The proposal also modifies the effective dates of several previously enacted provisions, including a delay in the effective date of required research and experimentation capitalization and an acceleration of the expansion of rules under section 162(m) for highly compensated employees. Those rules would expand the current group of covered employees to include the five highest paid employees (whether they are officers or not) Under the Tax Cuts and Jobs Act, companies are required to capitalize and amortize expenditures under section 174 for tax years beginning after Dec. 31, 2021. If enacted, the reconciliation package will delay required capitalization until tax years beginning after Dec. 31, 2025. The American Rescue Plan Act of 2021, passed earlier this year, included an expansion of section 162(m) compensation limitations for highly compensated employees of public companies. The expansion was set to take effect for years beginning after Dec. 31, 2026, but under the proposed legislation would take effect for years beginning after Dec. 31, 2021.
Interest expense carryforwards under section 163(j) would be significantly revised if the proposed reconciliation package is enacted. Companies would be limited to a five-year carryforward for disallowed business interest expense, a substantial change to the currently indefinite carryforward. Interest expense would be treated as allowed for a deduction on a first-in, first-out basis. The five-year expiration period would apply for interest paid or incurred in taxable years beginning after Dec. 31, 2021. This change could have significant implications for future interest carryforwards and result in a reduced likelihood that taxpayers will be able to realize the deferred tax benefit of the carryforward.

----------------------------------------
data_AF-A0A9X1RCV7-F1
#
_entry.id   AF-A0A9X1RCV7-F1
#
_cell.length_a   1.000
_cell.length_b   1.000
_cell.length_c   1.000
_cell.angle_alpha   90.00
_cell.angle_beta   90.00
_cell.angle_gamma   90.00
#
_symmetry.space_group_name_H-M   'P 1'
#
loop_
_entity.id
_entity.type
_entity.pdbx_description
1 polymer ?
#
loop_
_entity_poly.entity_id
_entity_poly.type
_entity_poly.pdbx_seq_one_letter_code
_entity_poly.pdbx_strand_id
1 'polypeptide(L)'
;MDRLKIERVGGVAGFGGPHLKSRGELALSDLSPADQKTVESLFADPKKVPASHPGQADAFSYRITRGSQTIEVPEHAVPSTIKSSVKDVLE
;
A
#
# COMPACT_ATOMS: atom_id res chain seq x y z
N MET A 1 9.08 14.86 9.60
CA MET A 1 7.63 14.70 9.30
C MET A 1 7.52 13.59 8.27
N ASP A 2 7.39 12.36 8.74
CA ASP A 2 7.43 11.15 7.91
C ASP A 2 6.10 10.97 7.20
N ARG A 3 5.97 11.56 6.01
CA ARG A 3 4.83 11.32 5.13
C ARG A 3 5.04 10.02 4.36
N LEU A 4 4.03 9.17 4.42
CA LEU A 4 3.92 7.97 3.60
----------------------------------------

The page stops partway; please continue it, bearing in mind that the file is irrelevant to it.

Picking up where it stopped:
The proposed legislation includes a variety of changes for multinational corporations, including an increase in the BEAT rate, an acceleration of the reduction in the FDII deduction and changes to GILTI, including plans to calculate GILTI on a country-by-country basis. Additionally, the legislation would introduce a new limitation on interest deductions for multinationals under a new section 163(n). Corporations subject to the new limitation would be limited to the lesser of allowable interest under section 163(n) or section 163(j).